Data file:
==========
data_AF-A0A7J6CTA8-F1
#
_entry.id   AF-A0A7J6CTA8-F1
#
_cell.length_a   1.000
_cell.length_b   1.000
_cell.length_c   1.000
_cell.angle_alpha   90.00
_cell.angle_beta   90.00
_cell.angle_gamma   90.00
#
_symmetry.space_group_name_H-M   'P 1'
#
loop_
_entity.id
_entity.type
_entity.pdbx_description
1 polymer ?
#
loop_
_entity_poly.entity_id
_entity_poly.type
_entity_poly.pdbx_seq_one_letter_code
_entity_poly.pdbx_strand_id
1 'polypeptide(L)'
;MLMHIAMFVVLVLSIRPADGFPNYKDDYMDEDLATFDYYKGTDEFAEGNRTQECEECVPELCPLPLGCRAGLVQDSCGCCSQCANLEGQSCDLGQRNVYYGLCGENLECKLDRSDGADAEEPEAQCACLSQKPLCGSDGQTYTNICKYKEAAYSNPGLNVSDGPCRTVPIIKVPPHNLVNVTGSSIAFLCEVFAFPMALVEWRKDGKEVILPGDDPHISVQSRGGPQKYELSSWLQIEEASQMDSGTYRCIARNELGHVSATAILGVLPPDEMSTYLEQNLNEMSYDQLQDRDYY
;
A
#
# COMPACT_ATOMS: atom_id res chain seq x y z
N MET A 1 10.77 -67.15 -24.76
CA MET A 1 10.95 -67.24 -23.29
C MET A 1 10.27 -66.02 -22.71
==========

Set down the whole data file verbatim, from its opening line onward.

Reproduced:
data_AF-A0A7J6CTA8-F1
#
_entry.id   AF-A0A7J6CTA8-F1
#
_cell.length_a   1.000
_cell.length_b   1.000
_cell.length_c   1.000
_cell.angle_alpha   90.00
_cell.angle_beta   90.00
_cell.angle_gamma   90.00
#
_symmetry.space_group_name_H-M   'P 1'
#
loop_
_entity.id
_entity.type
_entity.pdbx_description
1 polymer ?
#
loop_
_entity_poly.entity_id
_entity_poly.type
_entity_poly.pdbx_seq_one_letter_code
_entity_poly.pdbx_strand_id
1 'polypeptide(L)'
;MLMHIAMFVVLVLSIRPADGFPNYKDDYMDEDLATFDYYKGTDEFAEGNRTQECEECVPELCPLPLGCRAGLVQDSCGCCSQCANLEGQSCDLGQRNVYYGLCGENLECKLDRSDGADAEEPEAQCACLSQKPLCGSDGQTYTNICKYKEAAYSNPGLNVSDGPCRTVPIIKVPPHNLVNVTGSSIAFLCEVFAFPMALVEWRKDGKEVILPGDDPHISVQSRGGPQKYELSSWLQIEEASQMDSGTYRCIARNELGHVSATAILGVLPPDEMSTYLEQNLNEMSYDQLQDRDYY
;
A
#
# COMPACT_ATOMS: atom_id res chain seq x y z
N MET A 1 10.77 -67.15 -24.76
CA MET A 1 10.95 -67.24 -23.29
C MET A 1 10.27 -66.02 -22.71